In such a highly volatile, uncertain market, many investors are feeling whipsawed by the dramatic swings. "Where do you get a grip on what reality is?," asks Yale Professor Robert Shiller.
The answer, as you might have already guessed, is the cyclically-adjusted P/E model Shiller co-created. By this measure, which values stocks based on the past 10 years of earnings — in order to smooth out cyclicality — the stock market is "still high by historic standards," at a cyclically-adjusted P/E around 20, Shiller says. "I'm kind of surprised stocks are expensive as they are given the economic turmoil we're going through."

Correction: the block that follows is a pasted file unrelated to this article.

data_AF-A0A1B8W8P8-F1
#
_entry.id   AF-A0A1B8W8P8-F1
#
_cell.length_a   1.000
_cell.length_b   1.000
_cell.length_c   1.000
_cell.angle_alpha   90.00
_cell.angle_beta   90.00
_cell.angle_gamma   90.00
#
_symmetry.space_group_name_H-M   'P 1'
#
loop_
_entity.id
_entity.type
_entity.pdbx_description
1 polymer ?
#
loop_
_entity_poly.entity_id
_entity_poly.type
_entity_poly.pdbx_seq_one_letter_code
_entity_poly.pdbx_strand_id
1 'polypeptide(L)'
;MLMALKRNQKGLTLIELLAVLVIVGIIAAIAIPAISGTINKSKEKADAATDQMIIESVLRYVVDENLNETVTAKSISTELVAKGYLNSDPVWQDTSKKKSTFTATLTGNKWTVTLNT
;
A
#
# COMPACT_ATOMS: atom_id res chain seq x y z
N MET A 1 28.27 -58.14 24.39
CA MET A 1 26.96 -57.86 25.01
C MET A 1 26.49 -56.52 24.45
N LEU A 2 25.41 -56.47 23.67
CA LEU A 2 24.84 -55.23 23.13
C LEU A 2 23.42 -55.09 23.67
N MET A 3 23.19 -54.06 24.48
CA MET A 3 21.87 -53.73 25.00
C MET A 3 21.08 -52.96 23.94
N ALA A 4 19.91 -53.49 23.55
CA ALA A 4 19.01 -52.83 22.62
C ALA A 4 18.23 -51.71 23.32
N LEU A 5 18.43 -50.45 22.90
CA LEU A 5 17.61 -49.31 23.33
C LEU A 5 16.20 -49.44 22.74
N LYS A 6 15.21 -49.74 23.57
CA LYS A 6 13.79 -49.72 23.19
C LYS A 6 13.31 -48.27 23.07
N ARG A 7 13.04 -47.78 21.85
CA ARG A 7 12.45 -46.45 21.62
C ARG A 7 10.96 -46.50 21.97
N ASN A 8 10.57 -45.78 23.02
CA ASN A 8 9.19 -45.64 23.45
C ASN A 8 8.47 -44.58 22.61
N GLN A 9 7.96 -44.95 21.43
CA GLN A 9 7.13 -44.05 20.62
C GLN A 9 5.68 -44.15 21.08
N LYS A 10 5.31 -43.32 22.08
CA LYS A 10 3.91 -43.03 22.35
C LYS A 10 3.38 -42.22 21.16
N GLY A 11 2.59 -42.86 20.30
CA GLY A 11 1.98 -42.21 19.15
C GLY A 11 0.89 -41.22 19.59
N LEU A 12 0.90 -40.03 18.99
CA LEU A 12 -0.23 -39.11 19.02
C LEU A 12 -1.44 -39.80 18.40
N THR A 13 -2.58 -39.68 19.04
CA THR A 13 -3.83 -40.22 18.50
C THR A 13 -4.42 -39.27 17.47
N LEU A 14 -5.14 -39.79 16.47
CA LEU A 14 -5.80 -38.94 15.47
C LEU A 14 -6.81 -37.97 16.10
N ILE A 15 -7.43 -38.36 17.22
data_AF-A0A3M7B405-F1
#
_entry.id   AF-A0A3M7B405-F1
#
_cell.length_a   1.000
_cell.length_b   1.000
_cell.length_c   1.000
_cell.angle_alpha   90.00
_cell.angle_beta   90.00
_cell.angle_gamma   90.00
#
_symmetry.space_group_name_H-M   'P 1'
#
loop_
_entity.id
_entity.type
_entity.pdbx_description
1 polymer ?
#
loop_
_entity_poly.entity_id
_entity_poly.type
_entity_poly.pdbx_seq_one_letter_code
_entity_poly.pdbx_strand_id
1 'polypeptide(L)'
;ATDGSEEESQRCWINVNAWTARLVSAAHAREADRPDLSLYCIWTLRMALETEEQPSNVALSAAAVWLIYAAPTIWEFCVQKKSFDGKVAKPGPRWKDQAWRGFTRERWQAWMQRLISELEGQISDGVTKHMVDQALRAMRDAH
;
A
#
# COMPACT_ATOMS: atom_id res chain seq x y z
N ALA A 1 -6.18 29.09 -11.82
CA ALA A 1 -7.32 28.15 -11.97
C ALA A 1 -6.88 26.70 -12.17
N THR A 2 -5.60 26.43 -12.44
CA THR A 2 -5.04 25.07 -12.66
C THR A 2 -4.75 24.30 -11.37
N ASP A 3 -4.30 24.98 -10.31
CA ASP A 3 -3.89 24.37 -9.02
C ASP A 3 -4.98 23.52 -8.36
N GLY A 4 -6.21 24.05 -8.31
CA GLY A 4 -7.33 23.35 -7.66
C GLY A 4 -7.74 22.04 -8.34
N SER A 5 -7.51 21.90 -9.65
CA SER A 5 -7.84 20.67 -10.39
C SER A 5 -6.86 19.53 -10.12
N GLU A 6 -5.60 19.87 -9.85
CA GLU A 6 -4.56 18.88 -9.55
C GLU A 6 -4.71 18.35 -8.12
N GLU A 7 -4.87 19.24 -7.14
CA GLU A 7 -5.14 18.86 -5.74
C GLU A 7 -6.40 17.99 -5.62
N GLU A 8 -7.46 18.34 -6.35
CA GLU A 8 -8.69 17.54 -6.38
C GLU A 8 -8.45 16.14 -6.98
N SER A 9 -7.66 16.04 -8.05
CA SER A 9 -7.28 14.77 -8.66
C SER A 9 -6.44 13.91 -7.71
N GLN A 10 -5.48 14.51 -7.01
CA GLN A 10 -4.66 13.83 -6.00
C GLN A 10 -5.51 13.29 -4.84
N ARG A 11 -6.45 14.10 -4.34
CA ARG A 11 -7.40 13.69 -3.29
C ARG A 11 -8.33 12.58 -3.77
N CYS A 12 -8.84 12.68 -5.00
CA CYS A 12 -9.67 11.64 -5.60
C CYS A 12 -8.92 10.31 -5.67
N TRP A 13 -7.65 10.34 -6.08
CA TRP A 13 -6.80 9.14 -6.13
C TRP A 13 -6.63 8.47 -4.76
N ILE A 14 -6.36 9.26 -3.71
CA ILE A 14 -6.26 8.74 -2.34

That said, Shiller believes equity returns will be low single-digits over the coming decade -- "not bad" especially relative to Treasuries and TIPS. But it's a "very risky, very uncertain return," he adds, citing the "precarious economic situation."
In the accompanying video, Shiller discusses his view on equity valuations and responds to recent comments from Wharton Professor Jeremy Siegel, who discussed the flaws in the Shiller P/E model here last month. Stocks looks "alright…but I'm not Jeremy Siegel in my enthusiasm," Shiller says.
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- List of 52-Week Lows, 52-Week Highs
- List of 3-Year Lows, 3-Year Highs
- List of 5-Year Lows, 5-Year Highs